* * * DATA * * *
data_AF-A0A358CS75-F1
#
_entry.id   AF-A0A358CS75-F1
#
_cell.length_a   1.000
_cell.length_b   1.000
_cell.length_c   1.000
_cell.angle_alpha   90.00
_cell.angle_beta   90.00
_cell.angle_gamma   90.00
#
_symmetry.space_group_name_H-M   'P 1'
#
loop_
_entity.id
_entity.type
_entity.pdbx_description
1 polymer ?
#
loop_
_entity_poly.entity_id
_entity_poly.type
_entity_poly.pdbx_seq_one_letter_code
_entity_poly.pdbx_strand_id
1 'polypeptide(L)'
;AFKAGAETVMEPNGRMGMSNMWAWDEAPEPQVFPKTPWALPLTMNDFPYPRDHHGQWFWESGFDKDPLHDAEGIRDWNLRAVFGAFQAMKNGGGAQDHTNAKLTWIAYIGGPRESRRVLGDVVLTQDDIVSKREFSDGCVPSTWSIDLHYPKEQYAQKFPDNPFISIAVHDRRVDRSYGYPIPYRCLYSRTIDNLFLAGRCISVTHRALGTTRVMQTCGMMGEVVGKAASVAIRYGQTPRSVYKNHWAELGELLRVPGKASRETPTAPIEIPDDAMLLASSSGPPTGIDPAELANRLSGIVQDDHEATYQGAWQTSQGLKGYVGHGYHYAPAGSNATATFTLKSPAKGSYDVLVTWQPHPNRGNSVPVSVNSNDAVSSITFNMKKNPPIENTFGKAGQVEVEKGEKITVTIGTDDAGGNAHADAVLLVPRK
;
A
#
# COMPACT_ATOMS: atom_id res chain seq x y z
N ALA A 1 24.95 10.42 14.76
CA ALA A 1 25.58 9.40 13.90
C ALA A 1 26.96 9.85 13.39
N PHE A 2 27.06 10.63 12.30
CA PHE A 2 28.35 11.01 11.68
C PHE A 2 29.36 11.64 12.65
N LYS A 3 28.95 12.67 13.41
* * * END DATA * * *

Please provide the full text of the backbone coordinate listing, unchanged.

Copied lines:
data_AF-A0A358CS75-F1
#
_entry.id   AF-A0A358CS75-F1
#
_cell.length_a   1.000
_cell.length_b   1.000
_cell.length_c   1.000
_cell.angle_alpha   90.00
_cell.angle_beta   90.00
_cell.angle_gamma   90.00
#
_symmetry.space_group_name_H-M   'P 1'
#
loop_
_entity.id
_entity.type
_entity.pdbx_description
1 polymer ?
#
loop_
_entity_poly.entity_id
_entity_poly.type
_entity_poly.pdbx_seq_one_letter_code
_entity_poly.pdbx_strand_id
1 'polypeptide(L)'
;AFKAGAETVMEPNGRMGMSNMWAWDEAPEPQVFPKTPWALPLTMNDFPYPRDHHGQWFWESGFDKDPLHDAEGIRDWNLRAVFGAFQAMKNGGGAQDHTNAKLTWIAYIGGPRESRRVLGDVVLTQDDIVSKREFSDGCVPSTWSIDLHYPKEQYAQKFPDNPFISIAVHDRRVDRSYGYPIPYRCLYSRTIDNLFLAGRCISVTHRALGTTRVMQTCGMMGEVVGKAASVAIRYGQTPRSVYKNHWAELGELLRVPGKASRETPTAPIEIPDDAMLLASSSGPPTGIDPAELANRLSGIVQDDHEATYQGAWQTSQGLKGYVGHGYHYAPAGSNATATFTLKSPAKGSYDVLVTWQPHPNRGNSVPVSVNSNDAVSSITFNMKKNPPIENTFGKAGQVEVEKGEKITVTIGTDDAGGNAHADAVLLVPRK
;
A
#
# COMPACT_ATOMS: atom_id res chain seq x y z
N ALA A 1 24.95 10.42 14.76
CA ALA A 1 25.58 9.40 13.90
C ALA A 1 26.96 9.85 13.39
N PHE A 2 27.06 10.63 12.30
CA PHE A 2 28.35 11.01 11.68
C PHE A 2 29.36 11.64 12.65
N LYS A 3 28.95 12.67 13.41